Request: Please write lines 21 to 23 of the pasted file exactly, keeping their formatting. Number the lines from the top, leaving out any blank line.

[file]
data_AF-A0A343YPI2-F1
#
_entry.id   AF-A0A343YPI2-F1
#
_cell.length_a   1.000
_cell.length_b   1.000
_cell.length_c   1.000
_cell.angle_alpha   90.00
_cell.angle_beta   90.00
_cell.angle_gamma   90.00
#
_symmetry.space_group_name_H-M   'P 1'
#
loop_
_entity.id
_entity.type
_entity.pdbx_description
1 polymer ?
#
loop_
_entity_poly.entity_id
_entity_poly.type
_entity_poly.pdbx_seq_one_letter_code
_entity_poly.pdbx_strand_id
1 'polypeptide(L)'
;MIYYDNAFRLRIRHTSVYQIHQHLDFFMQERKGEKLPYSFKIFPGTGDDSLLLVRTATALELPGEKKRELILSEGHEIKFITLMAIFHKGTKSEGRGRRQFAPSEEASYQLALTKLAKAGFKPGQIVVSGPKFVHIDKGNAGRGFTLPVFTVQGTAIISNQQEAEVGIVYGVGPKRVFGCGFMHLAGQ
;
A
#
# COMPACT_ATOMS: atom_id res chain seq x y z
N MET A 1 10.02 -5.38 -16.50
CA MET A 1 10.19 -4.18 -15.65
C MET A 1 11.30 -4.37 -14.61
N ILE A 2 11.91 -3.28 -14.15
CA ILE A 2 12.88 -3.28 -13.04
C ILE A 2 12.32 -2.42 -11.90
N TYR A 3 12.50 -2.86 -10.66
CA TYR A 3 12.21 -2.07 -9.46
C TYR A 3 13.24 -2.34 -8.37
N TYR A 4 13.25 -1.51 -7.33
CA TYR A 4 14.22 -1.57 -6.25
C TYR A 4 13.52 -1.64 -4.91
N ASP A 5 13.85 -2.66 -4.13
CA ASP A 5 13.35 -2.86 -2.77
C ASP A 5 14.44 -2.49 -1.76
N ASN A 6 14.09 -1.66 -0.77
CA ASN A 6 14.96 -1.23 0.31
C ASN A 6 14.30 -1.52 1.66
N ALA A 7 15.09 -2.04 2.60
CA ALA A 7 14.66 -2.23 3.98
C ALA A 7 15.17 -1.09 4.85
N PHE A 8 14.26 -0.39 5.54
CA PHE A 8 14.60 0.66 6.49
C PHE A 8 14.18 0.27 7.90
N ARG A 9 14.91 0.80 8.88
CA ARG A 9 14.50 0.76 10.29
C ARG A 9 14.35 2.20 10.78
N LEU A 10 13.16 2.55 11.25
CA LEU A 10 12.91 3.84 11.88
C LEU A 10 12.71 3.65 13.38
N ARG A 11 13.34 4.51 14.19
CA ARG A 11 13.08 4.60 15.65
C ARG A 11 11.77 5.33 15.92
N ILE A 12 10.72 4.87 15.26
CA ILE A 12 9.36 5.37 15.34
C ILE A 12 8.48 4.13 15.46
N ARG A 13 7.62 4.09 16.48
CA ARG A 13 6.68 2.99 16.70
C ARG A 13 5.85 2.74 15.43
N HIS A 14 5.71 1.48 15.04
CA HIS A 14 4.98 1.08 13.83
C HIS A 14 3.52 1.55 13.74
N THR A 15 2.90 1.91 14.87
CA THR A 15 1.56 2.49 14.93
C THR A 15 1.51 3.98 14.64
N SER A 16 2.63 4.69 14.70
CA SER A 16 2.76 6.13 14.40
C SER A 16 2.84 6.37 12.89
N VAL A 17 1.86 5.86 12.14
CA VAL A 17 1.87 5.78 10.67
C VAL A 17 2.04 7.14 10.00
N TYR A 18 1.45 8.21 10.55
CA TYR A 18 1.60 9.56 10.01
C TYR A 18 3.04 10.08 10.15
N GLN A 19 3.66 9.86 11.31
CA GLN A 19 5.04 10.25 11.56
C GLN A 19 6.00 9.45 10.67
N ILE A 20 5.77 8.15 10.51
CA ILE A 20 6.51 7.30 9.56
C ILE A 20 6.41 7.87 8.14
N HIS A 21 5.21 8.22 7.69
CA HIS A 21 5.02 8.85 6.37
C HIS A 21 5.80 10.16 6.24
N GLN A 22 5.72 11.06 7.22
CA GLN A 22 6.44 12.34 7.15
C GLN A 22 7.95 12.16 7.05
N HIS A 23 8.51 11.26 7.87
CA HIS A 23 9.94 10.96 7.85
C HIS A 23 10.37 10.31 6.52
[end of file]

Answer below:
_entity_poly.entity_id
_entity_poly.type
_entity_poly.pdbx_seq_one_letter_code